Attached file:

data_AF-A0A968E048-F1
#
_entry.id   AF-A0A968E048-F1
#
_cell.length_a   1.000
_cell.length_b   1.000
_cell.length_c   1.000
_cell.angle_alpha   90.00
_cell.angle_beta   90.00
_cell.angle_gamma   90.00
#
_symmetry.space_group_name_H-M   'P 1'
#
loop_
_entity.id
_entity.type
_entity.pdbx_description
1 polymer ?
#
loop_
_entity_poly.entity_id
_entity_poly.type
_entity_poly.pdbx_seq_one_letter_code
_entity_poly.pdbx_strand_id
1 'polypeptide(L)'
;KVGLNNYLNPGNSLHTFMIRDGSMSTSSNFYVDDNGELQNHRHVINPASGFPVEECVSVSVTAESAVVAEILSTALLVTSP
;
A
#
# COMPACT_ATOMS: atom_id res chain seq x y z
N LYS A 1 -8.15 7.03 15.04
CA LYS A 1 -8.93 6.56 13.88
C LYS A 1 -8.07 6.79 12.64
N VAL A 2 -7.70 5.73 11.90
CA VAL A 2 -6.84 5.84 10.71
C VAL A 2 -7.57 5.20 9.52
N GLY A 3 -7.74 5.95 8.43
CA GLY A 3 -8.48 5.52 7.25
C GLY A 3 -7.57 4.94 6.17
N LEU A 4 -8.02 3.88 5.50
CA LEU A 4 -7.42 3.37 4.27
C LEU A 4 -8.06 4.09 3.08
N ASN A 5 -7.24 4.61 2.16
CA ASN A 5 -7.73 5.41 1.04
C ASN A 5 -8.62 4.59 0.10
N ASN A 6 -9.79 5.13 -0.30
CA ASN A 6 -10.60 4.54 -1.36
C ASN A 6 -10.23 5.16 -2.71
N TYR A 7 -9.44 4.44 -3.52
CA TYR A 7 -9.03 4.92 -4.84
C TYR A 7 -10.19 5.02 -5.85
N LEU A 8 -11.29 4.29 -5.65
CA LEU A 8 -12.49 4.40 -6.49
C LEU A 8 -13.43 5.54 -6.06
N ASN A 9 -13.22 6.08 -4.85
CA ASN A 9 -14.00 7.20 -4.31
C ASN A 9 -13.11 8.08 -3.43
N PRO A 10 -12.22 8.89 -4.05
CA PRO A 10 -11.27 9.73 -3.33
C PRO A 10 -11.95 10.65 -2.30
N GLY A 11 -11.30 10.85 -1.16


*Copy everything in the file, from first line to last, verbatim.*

data_AF-A0A968E048-F1
#
_entry.id   AF-A0A968E048-F1
#
_cell.length_a   1.000
_cell.length_b   1.000
_cell.length_c   1.000
_cell.angle_alpha   90.00
_cell.angle_beta   90.00
_cell.angle_gamma   90.00
#
_symmetry.space_group_name_H-M   'P 1'
#
loop_
_entity.id
_entity.type
_entity.pdbx_description
1 polymer ?
#
loop_
_entity_poly.entity_id
_entity_poly.type
_entity_poly.pdbx_seq_one_letter_code
_entity_poly.pdbx_strand_id
1 'polypeptide(L)'
;KVGLNNYLNPGNSLHTFMIRDGSMSTSSNFYVDDNGELQNHRHVINPASGFPVEECVSVSVTAESAVVAEILSTALLVTSP
;
A
#
# COMPACT_ATOMS: atom_id res chain seq x y z
N LYS A 1 -8.15 7.03 15.04
CA LYS A 1 -8.93 6.56 13.88
C LYS A 1 -8.07 6.79 12.64
N VAL A 2 -7.70 5.73 11.90
CA VAL A 2 -6.84 5.84 10.71
C VAL A 2 -7.57 5.20 9.52
N GLY A 3 -7.74 5.95 8.43
CA GLY A 3 -8.48 5.52 7.25
C GLY A 3 -7.57 4.94 6.17
N LEU A 4 -8.02 3.88 5.50
CA LEU A 4 -7.42 3.37 4.27
C LEU A 4 -8.06 4.09 3.08
N ASN A 5 -7.24 4.61 2.16
CA ASN A 5 -7.73 5.41 1.04
C ASN A 5 -8.62 4.59 0.10
N ASN A 6 -9.79 5.13 -0.30
CA ASN A 6 -10.60 4.54 -1.36
C ASN A 6 -10.23 5.16 -2.71
N TYR A 7 -9.44 4.44 -3.52
CA TYR A 7 -9.03 4.92 -4.84
C TYR A 7 -10.19 5.02 -5.85
N LEU A 8 -11.29 4.29 -5.65
CA LEU A 8 -12.49 4.40 -6.49
C LEU A 8 -13.43 5.54 -6.06
N ASN A 9 -13.22 6.08 -4.85
CA ASN A 9 -14.00 7.20 -4.31
C ASN A 9 -13.11 8.08 -3.43
N PRO A 10 -12.22 8.89 -4.05
CA PRO A 10 -11.27 9.73 -3.33
C PRO A 10 -11.95 10.65 -2.30
N GLY A 11 -11.30 10.85 -1.16